The shocking pictures of neglect that emerged from a grisly state-run Baghdad orphanage this week revealed the Iraqi government's inability to care for some of its most vulnerable citizens.
With four years of war having cannibalised much of the Iraqi government, volunteers have begun providing vital social services at their own expense, relying on the generosity of friends and neighbours.
The images of the inside of the al-Hanan orphanage were disquieting even by Iraqi standards: two dozen emaciated children, some tied to cribs, others writhing in their own waste and some appearing, at first glance, to be dead.
US and Iraqi forces uncovered the orphanage for children with special needs in northwest Baghdad last week, according to a CBS News report broadcast on Monday.
"They saw multiple bodies laying on the floor of the facility," Staff Sergeant Mitchell Gibson of the 82nd Airborne Division told CBS News. "They thought they were all dead."
Inside the government-run facility, the American and Iraqi troops found 24 boys aged between three and 15 years, many showing signs of severe neglect and starvation. Medics initially feared at least one of the boys was dead.
He had "thousands of flies covering his body, unable to move any part of his body, you know we had to actually hold his head up and tilt his head to make sure that he was okay," Gibson said.
"The only thing basically that was moving was his eyeballs," he added.
"Flies in the mouth, in the eyes, in the nose, ears, eating all the open wounds from sleeping on the concrete."
The caretaker of the orphanage is on the run.
The severely disabled children have since been moved to another clean, well-lit orphanage nearby, with smiling social workers, sun-drenched rooms, ceiling fans, and stuffed animals.
But the grisly episode underscored the breakdown of social services -- and family structure -- in a country gripped by war.
"Iraq has never been a more difficult and dangerous place to be a child," according to the UN children's agency (UNICEF), whose website gives a litany of problems including: a serious decline in immunizations, signs of stunted growth for "one in five Iraqi children," falling education rates, less pre-natal and obstetric care, not to mention children "orphaned by violence almost daily."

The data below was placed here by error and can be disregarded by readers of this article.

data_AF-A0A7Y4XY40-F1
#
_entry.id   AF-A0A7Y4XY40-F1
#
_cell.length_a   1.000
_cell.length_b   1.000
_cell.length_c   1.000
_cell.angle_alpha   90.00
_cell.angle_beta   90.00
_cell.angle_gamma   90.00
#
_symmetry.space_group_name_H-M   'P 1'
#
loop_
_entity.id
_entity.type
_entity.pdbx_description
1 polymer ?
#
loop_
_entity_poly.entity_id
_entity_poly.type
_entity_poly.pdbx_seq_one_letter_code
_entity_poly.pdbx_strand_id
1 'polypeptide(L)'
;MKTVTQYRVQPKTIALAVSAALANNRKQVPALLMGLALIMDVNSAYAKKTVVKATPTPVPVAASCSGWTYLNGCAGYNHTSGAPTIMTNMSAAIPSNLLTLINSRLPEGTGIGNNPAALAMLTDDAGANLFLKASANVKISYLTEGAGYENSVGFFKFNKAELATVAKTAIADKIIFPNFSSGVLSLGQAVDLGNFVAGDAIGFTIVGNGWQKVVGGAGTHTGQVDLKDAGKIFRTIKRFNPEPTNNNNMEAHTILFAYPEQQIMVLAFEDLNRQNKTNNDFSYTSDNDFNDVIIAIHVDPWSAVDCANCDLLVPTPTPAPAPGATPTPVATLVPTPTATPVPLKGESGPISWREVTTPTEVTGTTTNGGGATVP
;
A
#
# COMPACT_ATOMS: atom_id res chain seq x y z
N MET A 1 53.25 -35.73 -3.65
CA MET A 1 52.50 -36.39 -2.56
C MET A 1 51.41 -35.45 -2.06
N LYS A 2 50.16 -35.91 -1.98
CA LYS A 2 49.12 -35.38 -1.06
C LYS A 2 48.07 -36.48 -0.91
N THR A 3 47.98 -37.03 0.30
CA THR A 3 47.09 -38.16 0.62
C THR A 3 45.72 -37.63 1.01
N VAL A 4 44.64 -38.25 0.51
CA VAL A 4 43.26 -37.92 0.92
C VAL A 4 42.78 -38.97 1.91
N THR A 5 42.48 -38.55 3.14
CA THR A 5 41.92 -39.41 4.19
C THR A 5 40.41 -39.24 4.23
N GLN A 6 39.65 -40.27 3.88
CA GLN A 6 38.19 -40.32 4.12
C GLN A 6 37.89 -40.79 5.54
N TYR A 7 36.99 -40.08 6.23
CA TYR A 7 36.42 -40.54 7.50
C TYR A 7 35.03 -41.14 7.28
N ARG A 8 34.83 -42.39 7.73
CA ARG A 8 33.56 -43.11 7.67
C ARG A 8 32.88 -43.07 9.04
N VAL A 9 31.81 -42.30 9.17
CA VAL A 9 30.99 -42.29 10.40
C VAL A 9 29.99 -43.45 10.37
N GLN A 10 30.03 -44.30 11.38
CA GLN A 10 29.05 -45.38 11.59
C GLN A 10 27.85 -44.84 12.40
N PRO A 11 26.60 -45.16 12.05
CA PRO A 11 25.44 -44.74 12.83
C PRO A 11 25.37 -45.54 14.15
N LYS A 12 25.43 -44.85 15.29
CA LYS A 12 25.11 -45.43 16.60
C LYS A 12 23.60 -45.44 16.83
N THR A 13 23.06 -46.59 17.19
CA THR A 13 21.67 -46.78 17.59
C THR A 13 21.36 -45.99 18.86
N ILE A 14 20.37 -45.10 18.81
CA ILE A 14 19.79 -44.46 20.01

In much of the capital the only thing that keeps this growing number of orphans off the streets is the kindness of strangers.
In Sadr City, a vast Shiite slum in northeast Baghdad controlled by the political movement of radical cleric Moqtada al-Sadr, Husham Hassan, 37, cares for around 30 orphans in a home funded by private donations.
Prior to opening the "Safety House," Hassan worked for another private organisation established in 2003 to care for Baghdad's orphans.
But four months ago the organization was forced to close for financial reasons. Fearing for the orphans he helped care for, Hassan opened his own facility with funds collected from friends and neighbours.
The house is cramped but clean, the bunkbeds are freshly made, and the children, aged five to 16, are active and healthy. Volunteers teach reading and math, play with the children, sew clothes, and prepare meals.
"I am in charge of sport activities and sometimes give the kids lessons in reading and mathematics," says Salim Hassan, a volunteer, as he rinses out pans used to cook the children's lunch.
"I volunteered to serve these children without any charge. I regard myself as their father and I have good relations with them. They are just like sons."
Haasan, the director of the centre, relies on the local community for everything, and not by choice.
"When I opened this house four months ago, I did my best to get support from the government through writing appeals and requests," Hassan said. "I even invited them to visit on some occasions, but I received no response."
Instead, Hassan turned to the local community for help, collecting donations from Sadr City's powerful tribal families.
"We are supporting the house with material and moral support. We are providing security, food, clothes and all the other things that the kids need," said Ali Sumaysum, a tribal chief.
At any given time 25 to 40 children live at the house, with the number fluctuating as Hassan welcomes new orphans and places others with families.
Some of the children have lost their parents to the war, but Hassan says that the majority have been orphaned by divorce, with the collapse of Iraqi society replicating itself in an increasing number of broken homes.